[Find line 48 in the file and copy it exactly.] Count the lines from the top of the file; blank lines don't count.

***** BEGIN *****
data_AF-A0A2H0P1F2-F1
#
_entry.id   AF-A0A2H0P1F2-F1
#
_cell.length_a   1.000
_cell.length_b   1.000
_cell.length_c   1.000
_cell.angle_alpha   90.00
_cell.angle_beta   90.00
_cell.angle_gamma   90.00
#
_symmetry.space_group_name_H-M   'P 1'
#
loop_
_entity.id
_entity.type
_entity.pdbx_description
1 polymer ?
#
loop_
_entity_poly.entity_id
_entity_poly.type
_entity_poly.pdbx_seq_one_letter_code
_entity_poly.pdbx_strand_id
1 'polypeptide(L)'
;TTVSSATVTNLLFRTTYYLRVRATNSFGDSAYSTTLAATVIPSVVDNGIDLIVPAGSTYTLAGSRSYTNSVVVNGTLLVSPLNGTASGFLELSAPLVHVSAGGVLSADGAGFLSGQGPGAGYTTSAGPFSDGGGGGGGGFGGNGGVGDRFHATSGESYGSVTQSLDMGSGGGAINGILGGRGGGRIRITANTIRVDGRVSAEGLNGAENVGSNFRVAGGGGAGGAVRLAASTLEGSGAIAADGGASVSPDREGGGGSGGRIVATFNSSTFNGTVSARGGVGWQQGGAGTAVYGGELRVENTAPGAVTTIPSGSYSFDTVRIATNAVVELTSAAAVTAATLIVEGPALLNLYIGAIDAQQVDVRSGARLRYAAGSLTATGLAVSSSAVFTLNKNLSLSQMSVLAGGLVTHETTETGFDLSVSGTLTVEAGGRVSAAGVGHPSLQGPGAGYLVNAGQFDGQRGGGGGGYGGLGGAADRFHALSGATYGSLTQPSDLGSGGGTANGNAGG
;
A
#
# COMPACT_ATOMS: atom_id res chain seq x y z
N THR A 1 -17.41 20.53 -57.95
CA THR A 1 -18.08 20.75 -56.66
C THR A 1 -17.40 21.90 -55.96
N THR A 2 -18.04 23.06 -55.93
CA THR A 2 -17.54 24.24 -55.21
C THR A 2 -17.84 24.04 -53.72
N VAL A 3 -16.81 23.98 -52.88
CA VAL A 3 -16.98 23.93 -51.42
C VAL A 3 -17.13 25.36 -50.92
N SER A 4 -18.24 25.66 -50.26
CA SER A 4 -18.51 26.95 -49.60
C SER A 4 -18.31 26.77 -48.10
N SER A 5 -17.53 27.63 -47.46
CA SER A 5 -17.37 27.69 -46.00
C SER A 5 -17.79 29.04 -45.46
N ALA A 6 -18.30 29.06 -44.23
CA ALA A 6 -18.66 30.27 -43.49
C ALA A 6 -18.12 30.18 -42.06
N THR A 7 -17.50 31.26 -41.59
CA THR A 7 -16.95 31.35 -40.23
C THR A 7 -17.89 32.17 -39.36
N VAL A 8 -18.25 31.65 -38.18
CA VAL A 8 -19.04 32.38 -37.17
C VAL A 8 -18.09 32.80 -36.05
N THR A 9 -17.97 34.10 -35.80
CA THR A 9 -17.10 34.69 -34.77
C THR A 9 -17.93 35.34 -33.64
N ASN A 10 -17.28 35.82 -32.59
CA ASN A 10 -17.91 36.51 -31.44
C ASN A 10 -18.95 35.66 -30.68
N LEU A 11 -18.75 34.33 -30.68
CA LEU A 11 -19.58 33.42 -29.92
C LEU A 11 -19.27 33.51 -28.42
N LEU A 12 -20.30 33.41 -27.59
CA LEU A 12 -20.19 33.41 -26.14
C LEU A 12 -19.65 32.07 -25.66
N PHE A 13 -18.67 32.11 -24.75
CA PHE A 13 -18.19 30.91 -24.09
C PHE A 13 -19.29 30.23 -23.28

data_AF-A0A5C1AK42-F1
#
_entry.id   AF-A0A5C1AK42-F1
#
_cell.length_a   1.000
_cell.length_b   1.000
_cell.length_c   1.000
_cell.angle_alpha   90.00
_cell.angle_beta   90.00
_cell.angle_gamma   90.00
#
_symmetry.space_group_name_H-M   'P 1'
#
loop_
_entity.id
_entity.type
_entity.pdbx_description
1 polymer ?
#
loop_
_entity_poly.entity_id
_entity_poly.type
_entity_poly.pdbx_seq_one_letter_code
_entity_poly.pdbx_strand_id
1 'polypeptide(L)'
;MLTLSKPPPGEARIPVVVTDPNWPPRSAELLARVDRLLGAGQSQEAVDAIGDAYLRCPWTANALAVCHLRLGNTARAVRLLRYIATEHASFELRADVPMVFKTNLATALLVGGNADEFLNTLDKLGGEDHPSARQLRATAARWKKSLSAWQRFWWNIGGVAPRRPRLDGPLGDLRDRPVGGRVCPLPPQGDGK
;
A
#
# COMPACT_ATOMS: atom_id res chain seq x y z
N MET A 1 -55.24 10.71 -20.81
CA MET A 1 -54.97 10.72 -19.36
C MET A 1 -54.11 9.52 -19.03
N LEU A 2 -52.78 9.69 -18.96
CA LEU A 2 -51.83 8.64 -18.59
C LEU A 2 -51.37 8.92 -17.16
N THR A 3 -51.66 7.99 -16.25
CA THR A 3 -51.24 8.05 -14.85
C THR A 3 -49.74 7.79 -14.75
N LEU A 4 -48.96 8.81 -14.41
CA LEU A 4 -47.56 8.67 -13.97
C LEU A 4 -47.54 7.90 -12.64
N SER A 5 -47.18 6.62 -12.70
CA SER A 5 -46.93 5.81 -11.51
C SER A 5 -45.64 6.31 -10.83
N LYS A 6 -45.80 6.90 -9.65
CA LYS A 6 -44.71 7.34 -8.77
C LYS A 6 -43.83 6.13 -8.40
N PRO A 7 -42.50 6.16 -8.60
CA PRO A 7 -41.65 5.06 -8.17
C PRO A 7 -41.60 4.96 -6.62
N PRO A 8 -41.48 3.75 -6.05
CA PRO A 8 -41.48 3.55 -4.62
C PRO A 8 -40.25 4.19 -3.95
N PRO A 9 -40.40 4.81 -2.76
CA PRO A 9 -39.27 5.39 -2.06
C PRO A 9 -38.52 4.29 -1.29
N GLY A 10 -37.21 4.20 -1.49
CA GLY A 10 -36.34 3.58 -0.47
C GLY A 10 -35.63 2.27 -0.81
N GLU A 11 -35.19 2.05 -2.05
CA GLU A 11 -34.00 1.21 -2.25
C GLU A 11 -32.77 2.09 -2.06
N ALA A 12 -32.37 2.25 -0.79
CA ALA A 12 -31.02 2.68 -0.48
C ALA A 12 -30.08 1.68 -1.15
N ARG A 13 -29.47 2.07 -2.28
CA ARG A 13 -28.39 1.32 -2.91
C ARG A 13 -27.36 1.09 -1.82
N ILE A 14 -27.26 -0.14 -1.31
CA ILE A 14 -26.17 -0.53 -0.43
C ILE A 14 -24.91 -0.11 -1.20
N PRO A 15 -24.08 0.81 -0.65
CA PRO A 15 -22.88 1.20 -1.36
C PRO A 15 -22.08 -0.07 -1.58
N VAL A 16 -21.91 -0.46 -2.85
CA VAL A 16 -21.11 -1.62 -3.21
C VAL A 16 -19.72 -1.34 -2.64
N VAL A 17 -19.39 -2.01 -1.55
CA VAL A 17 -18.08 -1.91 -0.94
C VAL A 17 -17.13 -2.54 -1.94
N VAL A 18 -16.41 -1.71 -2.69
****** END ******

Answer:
C ALA A 6 -18.12 30.18 -42.06